All financial information in Canadian dollars
GFL Environmental's first quarter as a public company comes at an unexpectedly tumultuous time in the global economy, but the Canadian service provider reported multiple signs of resiliency and indicated its active expansion strategy will continue.
In a sign of growth, the company reported a 4.9% rise in solid waste pricing and a 29.2% increase in overall quarterly revenue year-over-year. It spent $1.13 billion on acquisitions during Q1 alone, much of that for Virginia-based County Waste and Michigan-based American Waste. The rest covered six small tuck-in deals. Following an initial public offering in March, and an April bond offering, executives said they were well-positioned to keep up the momentum.
“We plan to continue to capitalize on attractive opportunities that may arise," said CEO Patrick Dovigi during this morning's earnings call, "and like we have seen in the past, we expect that this crisis will generate opportunity."
- While GFL didn't report material Q1 revenue effects from COVID-19, it did see volume declines beginning around mid-March. Excluding rollover benefits from prior acquisitions, GFL's April revenue was down by 9.9% overall and 8.7% for solid waste. Effects were particularly notable in Canada, which had mandatory stay-at-home policies, whereas solid waste revenue in the United States was only down by 4.2%.
- GFL's roll-off hauls declined week-over-week until beginning to stabilize around late April, at which point they were still off by 18%. Dovigi reported the commercial revenue stream was down by around 7% at its low point and has recovered to now be off by around 4-4.5%. "We are now having customers reengage as they are preparing to reopen, which is another sign we perceive that is indicating the worst is behind us," he said.
- The company saw residential volumes increase by 2.6% for Q1, with upticks as high as 15% reported for the broader COVID-19 shutdown period into April among major Canadian cities and parts of Michigan. The Canadian uptick was described as "neutral to a benefit" due to a tonnage-based contract structure. An estimated 40% of U.S. business is on a subscription basis, meaning price increases can occur more quickly. As for the rest, Dovigi said GFL "will work with the municipalities to try and get more money out of them."
GFL's rise to become the North American industry's fourth-largest player has accelerated in recent years, due in large part to major U.S. acquisitions, and its first-ever quarterly results reflect that. The company saw a nearly 32% increase in Q1 solid waste revenue year-over-year and U.S. revenue for that segment grew substantially to $434.9 million.
The company's positioning in more secondary U.S. markets appears to have helped insulate it from the heaviest shutdown effects. In contrast, GFL's presence in urban Canadian markets such as Toronto and Montreal played a sizable role in many of the negative trends. Industrial, commercial and institutional business in Canada has been down four times more than the company's continental portfolio.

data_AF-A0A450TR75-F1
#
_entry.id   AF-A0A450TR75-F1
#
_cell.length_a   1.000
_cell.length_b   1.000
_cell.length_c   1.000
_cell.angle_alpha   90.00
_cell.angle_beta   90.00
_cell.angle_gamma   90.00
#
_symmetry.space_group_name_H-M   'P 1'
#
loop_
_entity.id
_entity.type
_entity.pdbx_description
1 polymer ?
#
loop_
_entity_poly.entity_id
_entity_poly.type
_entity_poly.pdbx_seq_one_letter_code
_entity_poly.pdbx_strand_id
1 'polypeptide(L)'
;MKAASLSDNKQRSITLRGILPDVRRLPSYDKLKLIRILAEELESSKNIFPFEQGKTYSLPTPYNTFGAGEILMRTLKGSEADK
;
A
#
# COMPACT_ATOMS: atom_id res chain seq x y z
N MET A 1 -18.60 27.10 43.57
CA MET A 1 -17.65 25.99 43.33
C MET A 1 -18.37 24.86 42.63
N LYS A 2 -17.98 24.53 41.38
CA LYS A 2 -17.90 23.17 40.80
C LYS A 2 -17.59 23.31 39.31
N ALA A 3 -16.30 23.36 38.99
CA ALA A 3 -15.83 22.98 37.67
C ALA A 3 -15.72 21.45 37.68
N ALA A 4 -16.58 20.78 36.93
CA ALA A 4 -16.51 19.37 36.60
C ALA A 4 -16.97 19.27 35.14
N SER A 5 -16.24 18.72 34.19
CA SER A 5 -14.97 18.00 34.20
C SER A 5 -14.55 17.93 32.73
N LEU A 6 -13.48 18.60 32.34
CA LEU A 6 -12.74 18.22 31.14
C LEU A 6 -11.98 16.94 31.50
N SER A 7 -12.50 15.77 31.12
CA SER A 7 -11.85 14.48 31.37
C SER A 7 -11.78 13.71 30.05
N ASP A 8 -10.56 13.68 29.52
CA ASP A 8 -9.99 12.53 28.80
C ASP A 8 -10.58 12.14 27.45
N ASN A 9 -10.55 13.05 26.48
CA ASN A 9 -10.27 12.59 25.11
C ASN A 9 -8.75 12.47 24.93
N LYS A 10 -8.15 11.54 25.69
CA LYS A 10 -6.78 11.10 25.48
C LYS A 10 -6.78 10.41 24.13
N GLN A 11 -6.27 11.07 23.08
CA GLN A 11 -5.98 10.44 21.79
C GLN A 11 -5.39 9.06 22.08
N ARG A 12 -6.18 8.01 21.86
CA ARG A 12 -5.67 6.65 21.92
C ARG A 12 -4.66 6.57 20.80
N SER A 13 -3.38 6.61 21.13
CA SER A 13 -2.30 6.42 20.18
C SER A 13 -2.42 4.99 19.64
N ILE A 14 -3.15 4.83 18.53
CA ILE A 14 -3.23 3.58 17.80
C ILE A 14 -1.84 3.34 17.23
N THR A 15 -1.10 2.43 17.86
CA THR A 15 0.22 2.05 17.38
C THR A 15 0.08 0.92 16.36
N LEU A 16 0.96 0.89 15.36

While GFL did not offer any notable 2020 guidance, like its other publicly-traded competitors, executives pointed to a variety of signs that effects might not be as severe. About 6-7% of commercial customers have requested temporary service suspensions or changes in frequency, but there has been "very little" outright cancellation. The company's relatively smaller share of high-margin landfill revenue, which has taken a hit in the industry, was also raised as a possible near-term benefit.
- GFL's infrastructure and soil remediation business saw 6% organic revenue growth during Q1, with Dovigi reporting about 85% of job sites are now operational again. Revenue for the liquid waste line, expected to be "most impacted," was down by 7.4% due to a variety of factors such as lower oil prices.
- Like its competitors, GFL reported plans to reduce discretionary costs. Planned 2020 capital expenditures of around $440 million have been reduced by about $100 million, due in part to easing off what CFO Luke Pelosi described as an "active replacement schedule" for equipment. Overtime costs are also down by 27%, while pay increases for salaried employees are on hold.
- The company reported raising a total of nearly $2.9 billion from its March IPO and concurrent tangible equity unit offering, much of which went to paying down debt. Combined with the April bond offering, Pelosi said GFL now has more than $1.3 billion of liquidity "with no material debt maturities in the near term."
- GFL reported increased expenses for personal protective equipment and other COVID-19 hygiene measures, but executives said this may have been offset by savings on fuel and other expenses to date. Dovigi also confirmed its recent COVID-19 facility cleaning service has "become a new line of business" and was continuing to grow.
- Pelosi reported the company was a little more than halfway through repricing its existing solid waste business, with an anticipated $20 million in revenue left to go. Before the 2018 Waste Industries acquisition, Dovigi said "we didn’t spend five minutes focusing on price" as opposed to growing market share. After the deal, "we took that playbook and started rationalizing our entire book of business."
- M&A activity has been paused in recent weeks, with some tuck-in deals temporarily delayed, but Dovigi anticipated resuming work soon. He expected valuations may change for some smaller companies as sellers decide they don't want to weather another economic downturn. "We're seeing that on some of our pipeline today where we had a little bit of a price gap," said Dovigi. "The sellers are again becoming a little more realistic and I think that will lend itself to a good bunch of execution opportunities over the next six months."